But despite the pleasant surprise of "Siege," I still found the first issue of the two-part miniseries "Hercules: Fall of an Avenger" to be the more enjoyable read, as Greg Pak and Fred Van Lente effectively mix both light-hearted comedy and serious reflection in this fitting farewell to Herc. Amadeus Cho, attending a memorial service at the Parthenon, is alone and angry until Hercules' past friends and acquaintances, including Thor, Namor, Bruce Banner, Namora, Mockingbird and Black Widow, arrive to join him in mourning and remembrance. Tales are told of battles, drinking and women, recounting events all the way from Herc's early appearances up to the "Incredible Hercules" run, until Athena arrives to interrupt Cho's final words and tell him it's time to talk serious business. Cho's hardened attitude towards her suggests her transformation from mentor to antagonist is almost complete, setting the stage for an interesting conflict in his own upcoming series.
So while it's clear that the gods won't be disappearing from the Marvel Universe entirely, with Thor continuing to be a central character and Athena likely to play a major role in Amadeus' life, they're getting reduced in number and knocked around pretty hard right now. It does make me a little curious why. There's the alarmist explanation: Marvel's trying to get more mainstream appeal across the USA thanks to its high-profile films. The fact that the gods of the Greek and Norse pantheon show up regularly as characters while Christian religious figures are noticeable in their absence might some day raise some awkward questions from parts of a country which has a significant number of deeply religious citizens.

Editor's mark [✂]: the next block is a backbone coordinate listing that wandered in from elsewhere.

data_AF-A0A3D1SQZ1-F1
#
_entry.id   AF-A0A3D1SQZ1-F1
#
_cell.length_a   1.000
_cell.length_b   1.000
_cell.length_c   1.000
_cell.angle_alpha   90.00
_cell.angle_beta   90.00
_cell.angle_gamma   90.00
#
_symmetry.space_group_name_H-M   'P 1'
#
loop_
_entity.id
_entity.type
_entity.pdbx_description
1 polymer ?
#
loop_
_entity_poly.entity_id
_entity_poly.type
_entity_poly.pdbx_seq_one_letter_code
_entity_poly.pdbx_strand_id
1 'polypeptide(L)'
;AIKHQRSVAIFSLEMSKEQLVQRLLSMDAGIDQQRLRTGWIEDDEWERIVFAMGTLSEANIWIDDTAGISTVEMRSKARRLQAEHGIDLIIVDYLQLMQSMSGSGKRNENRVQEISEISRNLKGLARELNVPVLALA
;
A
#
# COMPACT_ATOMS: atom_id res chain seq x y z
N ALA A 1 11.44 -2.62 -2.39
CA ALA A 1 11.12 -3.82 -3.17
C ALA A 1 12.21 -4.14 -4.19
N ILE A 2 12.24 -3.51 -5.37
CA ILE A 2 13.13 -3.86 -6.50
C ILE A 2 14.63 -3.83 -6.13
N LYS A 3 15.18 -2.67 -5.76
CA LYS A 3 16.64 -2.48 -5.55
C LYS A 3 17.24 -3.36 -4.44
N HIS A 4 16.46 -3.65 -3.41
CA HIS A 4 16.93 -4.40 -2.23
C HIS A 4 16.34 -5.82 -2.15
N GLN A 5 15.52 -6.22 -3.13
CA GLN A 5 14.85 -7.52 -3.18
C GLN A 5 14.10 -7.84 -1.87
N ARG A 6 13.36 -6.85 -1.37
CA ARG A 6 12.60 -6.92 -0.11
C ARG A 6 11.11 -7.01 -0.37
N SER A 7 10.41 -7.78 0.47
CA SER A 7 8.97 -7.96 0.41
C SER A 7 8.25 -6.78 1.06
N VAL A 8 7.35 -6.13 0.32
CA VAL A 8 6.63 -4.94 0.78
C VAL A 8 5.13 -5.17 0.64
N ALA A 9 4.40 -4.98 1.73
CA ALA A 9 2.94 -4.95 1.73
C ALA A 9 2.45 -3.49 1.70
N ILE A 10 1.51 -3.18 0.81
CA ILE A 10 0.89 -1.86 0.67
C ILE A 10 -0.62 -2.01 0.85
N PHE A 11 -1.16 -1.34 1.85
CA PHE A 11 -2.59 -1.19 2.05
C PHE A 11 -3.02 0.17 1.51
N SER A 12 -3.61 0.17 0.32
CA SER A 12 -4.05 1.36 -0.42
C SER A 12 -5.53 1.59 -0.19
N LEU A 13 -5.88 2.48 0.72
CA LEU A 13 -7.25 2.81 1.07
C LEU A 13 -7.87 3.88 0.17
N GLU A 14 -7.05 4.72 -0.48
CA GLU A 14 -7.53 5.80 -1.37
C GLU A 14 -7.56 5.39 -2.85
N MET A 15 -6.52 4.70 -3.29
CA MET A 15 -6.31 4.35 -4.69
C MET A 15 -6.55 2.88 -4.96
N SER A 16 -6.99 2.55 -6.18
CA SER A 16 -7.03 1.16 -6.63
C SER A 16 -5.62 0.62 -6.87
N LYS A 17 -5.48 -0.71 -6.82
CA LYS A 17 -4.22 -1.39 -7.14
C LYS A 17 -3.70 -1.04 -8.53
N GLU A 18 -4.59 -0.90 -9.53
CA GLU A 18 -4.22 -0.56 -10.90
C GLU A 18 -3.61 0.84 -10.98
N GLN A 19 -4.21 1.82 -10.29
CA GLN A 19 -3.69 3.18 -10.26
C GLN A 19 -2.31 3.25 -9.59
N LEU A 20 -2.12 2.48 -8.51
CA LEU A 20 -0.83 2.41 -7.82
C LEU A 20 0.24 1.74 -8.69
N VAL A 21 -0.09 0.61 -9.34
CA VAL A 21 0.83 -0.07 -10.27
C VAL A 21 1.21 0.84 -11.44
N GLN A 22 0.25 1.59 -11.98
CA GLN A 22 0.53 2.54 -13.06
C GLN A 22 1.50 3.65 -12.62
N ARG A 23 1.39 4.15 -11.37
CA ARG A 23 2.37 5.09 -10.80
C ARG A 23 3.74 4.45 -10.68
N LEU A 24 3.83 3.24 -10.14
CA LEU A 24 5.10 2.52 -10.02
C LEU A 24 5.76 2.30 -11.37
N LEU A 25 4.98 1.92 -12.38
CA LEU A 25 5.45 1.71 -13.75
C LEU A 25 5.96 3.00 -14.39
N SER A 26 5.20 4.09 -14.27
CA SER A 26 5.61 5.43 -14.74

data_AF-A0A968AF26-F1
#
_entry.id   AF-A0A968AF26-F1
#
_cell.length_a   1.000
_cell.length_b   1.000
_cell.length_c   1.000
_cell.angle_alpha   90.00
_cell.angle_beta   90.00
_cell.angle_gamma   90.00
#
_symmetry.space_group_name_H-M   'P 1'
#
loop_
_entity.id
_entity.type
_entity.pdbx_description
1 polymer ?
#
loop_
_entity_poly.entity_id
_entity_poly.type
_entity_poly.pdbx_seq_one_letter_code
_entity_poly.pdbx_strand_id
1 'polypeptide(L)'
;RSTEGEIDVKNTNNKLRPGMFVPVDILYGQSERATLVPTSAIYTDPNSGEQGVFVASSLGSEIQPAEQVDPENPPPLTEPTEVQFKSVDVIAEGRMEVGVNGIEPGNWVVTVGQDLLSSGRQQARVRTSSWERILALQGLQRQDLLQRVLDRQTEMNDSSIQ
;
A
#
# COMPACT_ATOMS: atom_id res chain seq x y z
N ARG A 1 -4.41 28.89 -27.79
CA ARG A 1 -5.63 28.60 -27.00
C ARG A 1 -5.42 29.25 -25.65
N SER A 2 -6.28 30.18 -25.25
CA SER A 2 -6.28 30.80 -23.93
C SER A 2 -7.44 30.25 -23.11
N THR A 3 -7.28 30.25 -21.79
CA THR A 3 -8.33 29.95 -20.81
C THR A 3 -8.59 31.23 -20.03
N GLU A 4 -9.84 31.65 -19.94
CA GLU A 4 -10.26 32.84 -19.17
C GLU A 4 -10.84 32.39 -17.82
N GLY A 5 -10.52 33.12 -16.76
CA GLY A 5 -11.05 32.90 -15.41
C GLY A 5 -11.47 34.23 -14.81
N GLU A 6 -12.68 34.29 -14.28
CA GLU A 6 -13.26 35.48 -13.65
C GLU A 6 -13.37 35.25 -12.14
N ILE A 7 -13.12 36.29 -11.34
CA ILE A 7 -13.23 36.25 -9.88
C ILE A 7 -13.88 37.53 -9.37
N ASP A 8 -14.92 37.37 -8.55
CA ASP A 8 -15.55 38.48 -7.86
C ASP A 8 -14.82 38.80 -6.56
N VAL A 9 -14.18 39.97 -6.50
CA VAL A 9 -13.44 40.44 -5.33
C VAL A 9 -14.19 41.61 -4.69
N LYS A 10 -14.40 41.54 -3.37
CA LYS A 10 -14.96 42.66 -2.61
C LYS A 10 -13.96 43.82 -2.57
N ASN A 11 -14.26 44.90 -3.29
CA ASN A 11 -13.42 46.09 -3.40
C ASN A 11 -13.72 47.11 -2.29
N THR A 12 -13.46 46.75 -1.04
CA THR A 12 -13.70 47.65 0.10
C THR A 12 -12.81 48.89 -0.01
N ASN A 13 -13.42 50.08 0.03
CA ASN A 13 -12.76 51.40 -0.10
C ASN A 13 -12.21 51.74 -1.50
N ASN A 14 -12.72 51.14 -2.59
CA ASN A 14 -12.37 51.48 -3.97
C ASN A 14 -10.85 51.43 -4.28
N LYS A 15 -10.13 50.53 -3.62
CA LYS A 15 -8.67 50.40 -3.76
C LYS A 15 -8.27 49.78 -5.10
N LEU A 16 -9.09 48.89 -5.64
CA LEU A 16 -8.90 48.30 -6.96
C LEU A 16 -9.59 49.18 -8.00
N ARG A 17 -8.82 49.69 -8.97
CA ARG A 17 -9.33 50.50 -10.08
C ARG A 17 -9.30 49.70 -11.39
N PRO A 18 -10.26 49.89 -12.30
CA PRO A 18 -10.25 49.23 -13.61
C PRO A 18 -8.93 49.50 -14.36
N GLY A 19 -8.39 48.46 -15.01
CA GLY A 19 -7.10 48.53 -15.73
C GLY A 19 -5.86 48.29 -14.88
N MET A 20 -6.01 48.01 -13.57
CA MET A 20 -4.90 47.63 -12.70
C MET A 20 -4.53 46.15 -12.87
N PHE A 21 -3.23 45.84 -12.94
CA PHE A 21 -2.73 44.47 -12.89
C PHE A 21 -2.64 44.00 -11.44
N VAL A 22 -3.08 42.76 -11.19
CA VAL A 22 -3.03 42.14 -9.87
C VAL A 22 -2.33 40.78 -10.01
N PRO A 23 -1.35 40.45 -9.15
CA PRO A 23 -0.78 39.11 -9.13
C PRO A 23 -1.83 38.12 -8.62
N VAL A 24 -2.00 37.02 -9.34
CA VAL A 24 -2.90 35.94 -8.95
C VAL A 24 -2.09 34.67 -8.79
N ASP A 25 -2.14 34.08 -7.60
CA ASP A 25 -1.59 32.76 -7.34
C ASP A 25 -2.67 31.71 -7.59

Still, I don't really buy that argument as influencing Marvel's decisions. It's also possible that in a universe so heavily populated with its own unique characters that Marvel simply got tired of carrying around the borrowed figures of another mythos. But again, I'm not sure I entirely believe that either, as writers like Pak and Van Lente clearly enjoy bringing them in and putting their own twist on them, and they won't be the first or last such creators to want to do so. Maybe with the Age of Heroes about to start, having all those immortal super-beings around gets in the way of humanity rising to its place at the top of the Marvel hierarchy. It's all guesses at this point, and might very well be a coincidence. But I'd be curious to hear other theories on Marvel's sudden war on gods.
LOOK! DOWN, ON THE GROUND! SOMEONE MORE INTERESTING! - Superman 80 Page Giant 1
And, hey, speaking of gods: Superman. This week DC released a giant-sized 80-page anthology of stories centered around the Man of Steel. Over the years, Superman's connection to religions, particularly the traditions of Christianity and Judaism, have been heavily discussed. There's the repeated point about how baby Kal-el's escape from death in a rocket from Krypton is a parallel to baby Moses' escape from death in a basket on the Nile river. There's the thoroughly discussed aspect of Superman as a savior figure sent from above to protect all people. Not to mention the fact that Superman t-shirts and tattoos, while not perhaps as numerous as crosses, are probably not far behind in number. There's even a brief but interesting examination of whether or not Superman should be considered God or Man in one of the stories here, written by Jason Hall with art by Julian Lopez.